On July 16, the Subcommittee on Highways and Transit of the House Transportation & Infrastructure Committee held a hearing on New Starts, which will expire in 2020 unless it is reauthorized. Transit agencies attending the hearing told the subcommittee that New Starts has helped them build high‐capacity transit projects that have generated economic development, provided mobility for low‐income people, and helped protect the environment. None of this is true.
New Starts is an “open bucket” fund that requires local matching funds, and the more expensive the project, the more money is provided by New Starts. This has led cities to plan increasingly expensive projects to get “their share” of federal funds.
For example, the average, inflation‐adjusted cost of new light‐rail lines has increased from $17 million a mile in 1981 to more than $200 million a mile today. To provide local matching funds, transit agencies have imposed large increases in taxes and gone heavily into debt.
Worse, light rail is an obsolete form of transportation because buses are not only less expensive to buy and less expensive to operate than light rail, they can move far more people per hour. In fact, light rail is by definition low‐capacity transit because, for safety reasons, light‐rail lines can only move about 20 trains per hour.
By comparison, busways can move hundreds of buses per hour, enabling them to move more than twice as many people per hour as the highest capacity of any light‐rail line in America. Because of this, a recent report from the Institute for Transportation & and Development Policy concluded, “there are currently no cases in the US where LRT [light‐rail transit] should be favored over BRT [bus‐rapid transit].”
Streetcars, as illustrated by Washington’s H Street streetcar, are even worse than light rail and commuter trains are no better. Most new commuter‐rail lines carry so few riders that it would have been less expensive to give every daily round‐trip rider a new Toyota Prius every other year for the life of the project than to build and run the rail line.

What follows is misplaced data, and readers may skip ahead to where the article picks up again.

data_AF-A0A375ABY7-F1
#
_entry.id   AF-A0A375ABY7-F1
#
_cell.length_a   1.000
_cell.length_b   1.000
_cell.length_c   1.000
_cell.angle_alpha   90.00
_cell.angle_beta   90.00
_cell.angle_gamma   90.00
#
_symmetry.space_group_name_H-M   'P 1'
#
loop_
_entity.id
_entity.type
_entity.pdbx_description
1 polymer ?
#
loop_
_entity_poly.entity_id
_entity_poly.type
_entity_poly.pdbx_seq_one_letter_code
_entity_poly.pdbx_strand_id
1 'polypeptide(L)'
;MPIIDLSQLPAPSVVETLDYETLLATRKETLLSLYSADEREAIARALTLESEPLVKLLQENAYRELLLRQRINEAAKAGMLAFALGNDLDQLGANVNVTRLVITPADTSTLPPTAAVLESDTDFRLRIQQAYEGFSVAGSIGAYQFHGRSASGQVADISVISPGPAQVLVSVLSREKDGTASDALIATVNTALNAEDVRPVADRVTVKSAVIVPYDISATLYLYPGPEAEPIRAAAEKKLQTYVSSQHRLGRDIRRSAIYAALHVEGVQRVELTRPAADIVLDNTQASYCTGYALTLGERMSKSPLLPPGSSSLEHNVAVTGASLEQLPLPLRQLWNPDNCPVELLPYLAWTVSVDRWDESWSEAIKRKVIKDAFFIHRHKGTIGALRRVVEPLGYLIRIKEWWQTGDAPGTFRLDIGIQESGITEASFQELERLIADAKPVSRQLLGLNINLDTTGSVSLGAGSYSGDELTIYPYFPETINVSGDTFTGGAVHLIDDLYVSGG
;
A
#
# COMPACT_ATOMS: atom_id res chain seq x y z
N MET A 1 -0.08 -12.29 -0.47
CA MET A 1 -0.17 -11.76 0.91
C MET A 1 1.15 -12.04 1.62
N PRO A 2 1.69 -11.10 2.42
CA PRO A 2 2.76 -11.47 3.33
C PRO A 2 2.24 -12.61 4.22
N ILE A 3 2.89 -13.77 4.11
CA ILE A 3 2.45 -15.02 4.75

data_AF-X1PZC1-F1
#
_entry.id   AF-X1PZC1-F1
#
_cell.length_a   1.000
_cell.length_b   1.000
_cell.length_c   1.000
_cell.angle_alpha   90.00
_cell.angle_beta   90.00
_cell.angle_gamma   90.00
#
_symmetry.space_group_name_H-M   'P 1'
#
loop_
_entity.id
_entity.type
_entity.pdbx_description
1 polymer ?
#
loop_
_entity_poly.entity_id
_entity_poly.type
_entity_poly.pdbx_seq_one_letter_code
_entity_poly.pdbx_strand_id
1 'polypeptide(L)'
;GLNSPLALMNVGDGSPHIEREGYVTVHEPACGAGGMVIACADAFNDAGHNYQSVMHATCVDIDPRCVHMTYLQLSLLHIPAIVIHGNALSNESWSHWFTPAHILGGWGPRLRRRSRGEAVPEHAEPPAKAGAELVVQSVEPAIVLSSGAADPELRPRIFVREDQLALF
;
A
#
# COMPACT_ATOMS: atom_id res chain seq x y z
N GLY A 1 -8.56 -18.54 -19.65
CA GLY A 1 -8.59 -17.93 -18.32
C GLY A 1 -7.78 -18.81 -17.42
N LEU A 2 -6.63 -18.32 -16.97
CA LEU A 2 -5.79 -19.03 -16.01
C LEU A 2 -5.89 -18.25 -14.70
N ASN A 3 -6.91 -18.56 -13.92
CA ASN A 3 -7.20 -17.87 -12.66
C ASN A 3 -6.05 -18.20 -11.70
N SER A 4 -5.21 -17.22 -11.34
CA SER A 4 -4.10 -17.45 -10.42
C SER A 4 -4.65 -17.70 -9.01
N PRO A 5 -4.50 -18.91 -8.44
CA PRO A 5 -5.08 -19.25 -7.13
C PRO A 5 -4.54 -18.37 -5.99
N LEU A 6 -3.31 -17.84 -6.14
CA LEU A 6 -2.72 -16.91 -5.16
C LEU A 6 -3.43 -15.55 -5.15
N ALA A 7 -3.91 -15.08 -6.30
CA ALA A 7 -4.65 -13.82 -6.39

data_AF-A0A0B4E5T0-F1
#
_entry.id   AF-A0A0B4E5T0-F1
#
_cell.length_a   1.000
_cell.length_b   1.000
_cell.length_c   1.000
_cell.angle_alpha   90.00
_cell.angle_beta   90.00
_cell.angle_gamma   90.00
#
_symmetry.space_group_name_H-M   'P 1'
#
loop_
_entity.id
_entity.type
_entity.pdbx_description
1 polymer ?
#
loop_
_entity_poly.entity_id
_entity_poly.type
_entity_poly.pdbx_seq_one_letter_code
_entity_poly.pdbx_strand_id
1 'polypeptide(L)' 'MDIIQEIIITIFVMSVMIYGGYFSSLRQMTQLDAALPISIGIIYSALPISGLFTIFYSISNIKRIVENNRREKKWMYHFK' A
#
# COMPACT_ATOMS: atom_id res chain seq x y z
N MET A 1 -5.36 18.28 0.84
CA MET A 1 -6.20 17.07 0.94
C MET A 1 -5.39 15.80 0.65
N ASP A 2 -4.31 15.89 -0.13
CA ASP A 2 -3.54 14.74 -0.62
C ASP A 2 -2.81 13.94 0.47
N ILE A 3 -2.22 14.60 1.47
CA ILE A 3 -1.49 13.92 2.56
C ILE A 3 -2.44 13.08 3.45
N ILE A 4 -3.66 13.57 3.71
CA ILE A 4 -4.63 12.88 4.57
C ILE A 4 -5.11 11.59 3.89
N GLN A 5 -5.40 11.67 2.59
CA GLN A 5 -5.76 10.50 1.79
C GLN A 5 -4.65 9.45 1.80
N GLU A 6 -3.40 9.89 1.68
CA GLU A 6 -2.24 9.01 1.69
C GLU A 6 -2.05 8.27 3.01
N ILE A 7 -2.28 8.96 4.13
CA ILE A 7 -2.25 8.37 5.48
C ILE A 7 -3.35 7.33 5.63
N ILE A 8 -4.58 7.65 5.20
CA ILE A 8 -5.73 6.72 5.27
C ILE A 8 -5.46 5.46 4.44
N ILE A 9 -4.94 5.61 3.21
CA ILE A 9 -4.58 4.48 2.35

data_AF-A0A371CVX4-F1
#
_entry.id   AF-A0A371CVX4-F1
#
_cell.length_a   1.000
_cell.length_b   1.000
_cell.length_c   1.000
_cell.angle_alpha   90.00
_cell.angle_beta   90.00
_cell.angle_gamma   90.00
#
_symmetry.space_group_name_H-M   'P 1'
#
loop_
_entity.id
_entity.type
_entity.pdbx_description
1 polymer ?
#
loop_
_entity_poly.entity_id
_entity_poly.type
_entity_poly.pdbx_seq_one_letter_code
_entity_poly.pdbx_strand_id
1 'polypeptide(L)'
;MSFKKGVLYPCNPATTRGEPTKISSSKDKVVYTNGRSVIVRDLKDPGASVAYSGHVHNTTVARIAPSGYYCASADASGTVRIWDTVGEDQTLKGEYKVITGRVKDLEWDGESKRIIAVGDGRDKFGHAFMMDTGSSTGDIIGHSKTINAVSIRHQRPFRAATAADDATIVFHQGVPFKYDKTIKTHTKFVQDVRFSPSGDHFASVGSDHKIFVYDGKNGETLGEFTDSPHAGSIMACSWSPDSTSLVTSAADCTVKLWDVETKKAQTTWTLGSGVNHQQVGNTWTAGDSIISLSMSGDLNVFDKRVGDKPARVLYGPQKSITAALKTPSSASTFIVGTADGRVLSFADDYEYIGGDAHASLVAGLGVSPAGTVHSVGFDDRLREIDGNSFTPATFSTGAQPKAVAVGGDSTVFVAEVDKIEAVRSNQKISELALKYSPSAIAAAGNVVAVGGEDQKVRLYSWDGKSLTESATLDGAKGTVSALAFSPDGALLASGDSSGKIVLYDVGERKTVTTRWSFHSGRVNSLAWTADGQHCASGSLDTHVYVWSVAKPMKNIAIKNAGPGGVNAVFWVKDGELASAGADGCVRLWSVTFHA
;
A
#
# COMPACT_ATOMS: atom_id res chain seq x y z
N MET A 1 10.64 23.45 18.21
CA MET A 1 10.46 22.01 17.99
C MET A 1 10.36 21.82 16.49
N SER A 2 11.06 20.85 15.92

Contrary to claims that rail transit generates economic development, research funded by the Federal Transit Administration concluded, “Urban rail transit investments rarely ‘create’ new growth, but more typically redistribute growth that would have taken place without the investment.”
This hasn’t stopped transit agencies from claiming that everything that happened to be built near a rail line was built because of the rail line. Phoenix’s Valley Metro Rail claims that its light‐rail line stimulated more than $11 billion worth of new development, but its list of developments includes gas stations, an automobile dealership, and more than 70,000 parking spaces, not to mention many government and government‐subsidized buildings.
Far from helping the poor, rail transit often hurts low‐income commuters. Rail lines built to entice middle‐class commuters out of their cars have been so expensive that many transit agencies have been forced to cut bus service to working class neighborhoods. Los Angeles has lost more than 4 bus riders (mostly minorities) for every new rail rider (most of them white) it has attracted by building light rail.
As a result, most low‐income families have bought cars and no longer rely on transit. Data collected by the Census Bureau show that people who earn under $25,000 a year are significantly less likely to take transit to work today than they were a decade ago, while people who earn more than $75,000 a year are significantly more likely to ride transit to work.
Nor is rail transit particularly green. Except on the West Coast, even electric powered transit gets most of its energy from fossil fuels. The Washington Metrorail system uses more energy and emits more greenhouse gases, per passenger mile, than the average car, while the DC streetcar is dirtier than the worst coal‐rolling truck. Even on the West Coast, encouraging people to drive more fuel‐efficient cars does far more to help the environment than building rail transit.
For all these reasons, Congress should not reauthorize New Starts in 2020. If Congress wants to continue subsidizing transit agencies, it should distribute the money using a formula that takes transit fares heavily into account. This will encourage transit agencies to put riders first and to emphasize programs that increase ridership rather than ones that increase costs.